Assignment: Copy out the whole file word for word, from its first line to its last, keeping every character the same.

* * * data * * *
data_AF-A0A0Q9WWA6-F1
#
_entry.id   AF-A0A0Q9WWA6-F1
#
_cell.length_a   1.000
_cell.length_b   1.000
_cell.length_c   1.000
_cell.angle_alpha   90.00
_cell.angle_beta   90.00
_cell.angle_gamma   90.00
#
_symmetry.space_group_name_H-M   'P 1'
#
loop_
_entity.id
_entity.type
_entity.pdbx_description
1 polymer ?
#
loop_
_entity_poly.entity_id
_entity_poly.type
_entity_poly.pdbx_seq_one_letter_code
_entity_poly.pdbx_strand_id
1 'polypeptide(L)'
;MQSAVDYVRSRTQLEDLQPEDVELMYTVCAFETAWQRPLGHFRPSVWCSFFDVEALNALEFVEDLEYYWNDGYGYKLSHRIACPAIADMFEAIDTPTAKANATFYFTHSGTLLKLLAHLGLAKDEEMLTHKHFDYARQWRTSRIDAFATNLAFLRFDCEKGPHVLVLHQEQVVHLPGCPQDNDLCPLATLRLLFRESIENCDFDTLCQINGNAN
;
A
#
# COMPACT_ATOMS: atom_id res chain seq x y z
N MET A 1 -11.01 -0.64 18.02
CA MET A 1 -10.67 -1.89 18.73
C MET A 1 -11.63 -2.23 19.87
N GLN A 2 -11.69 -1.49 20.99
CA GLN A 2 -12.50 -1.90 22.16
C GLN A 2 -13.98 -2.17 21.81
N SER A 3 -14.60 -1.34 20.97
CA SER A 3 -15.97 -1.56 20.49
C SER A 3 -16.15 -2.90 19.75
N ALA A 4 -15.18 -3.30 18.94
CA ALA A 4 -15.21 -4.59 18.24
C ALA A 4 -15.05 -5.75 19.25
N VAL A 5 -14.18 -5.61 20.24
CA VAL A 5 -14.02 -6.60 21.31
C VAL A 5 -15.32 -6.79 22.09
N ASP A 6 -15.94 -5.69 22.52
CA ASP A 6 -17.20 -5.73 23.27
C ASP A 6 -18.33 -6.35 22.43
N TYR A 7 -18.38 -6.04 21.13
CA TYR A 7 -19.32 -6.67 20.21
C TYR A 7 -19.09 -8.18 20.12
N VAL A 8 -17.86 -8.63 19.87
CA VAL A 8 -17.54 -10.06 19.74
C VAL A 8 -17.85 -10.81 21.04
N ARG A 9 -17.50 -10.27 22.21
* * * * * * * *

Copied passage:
data_AF-A0A0Q9WWA6-F1
#
_entry.id   AF-A0A0Q9WWA6-F1
#
_cell.length_a   1.000
_cell.length_b   1.000
_cell.length_c   1.000
_cell.angle_alpha   90.00
_cell.angle_beta   90.00
_cell.angle_gamma   90.00
#
_symmetry.space_group_name_H-M   'P 1'
#
loop_
_entity.id
_entity.type
_entity.pdbx_description
1 polymer ?
#
loop_
_entity_poly.entity_id
_entity_poly.type
_entity_poly.pdbx_seq_one_letter_code
_entity_poly.pdbx_strand_id
1 'polypeptide(L)'
;MQSAVDYVRSRTQLEDLQPEDVELMYTVCAFETAWQRPLGHFRPSVWCSFFDVEALNALEFVEDLEYYWNDGYGYKLSHRIACPAIADMFEAIDTPTAKANATFYFTHSGTLLKLLAHLGLAKDEEMLTHKHFDYARQWRTSRIDAFATNLAFLRFDCEKGPHVLVLHQEQVVHLPGCPQDNDLCPLATLRLLFRESIENCDFDTLCQINGNAN
;
A
#
# COMPACT_ATOMS: atom_id res chain seq x y z
N MET A 1 -11.01 -0.64 18.02
CA MET A 1 -10.67 -1.89 18.73
C MET A 1 -11.63 -2.23 19.87
N GLN A 2 -11.69 -1.49 20.99
CA GLN A 2 -12.50 -1.90 22.16
C GLN A 2 -13.98 -2.17 21.81
N SER A 3 -14.60 -1.34 20.97
CA SER A 3 -15.97 -1.56 20.49
C SER A 3 -16.15 -2.90 19.75
N ALA A 4 -15.18 -3.30 18.94
CA ALA A 4 -15.21 -4.59 18.24
C ALA A 4 -15.05 -5.75 19.25
N VAL A 5 -14.18 -5.61 20.24
CA VAL A 5 -14.02 -6.60 21.31
C VAL A 5 -15.32 -6.79 22.09
N ASP A 6 -15.94 -5.69 22.52
CA ASP A 6 -17.20 -5.73 23.27
C ASP A 6 -18.33 -6.35 22.43
N TYR A 7 -18.38 -6.04 21.13
CA TYR A 7 -19.32 -6.67 20.21
C TYR A 7 -19.09 -8.18 20.12
N VAL A 8 -17.86 -8.63 19.87
CA VAL A 8 -17.54 -10.06 19.74
C VAL A 8 -17.85 -10.81 21.04
N ARG A 9 -17.50 -10.27 22.21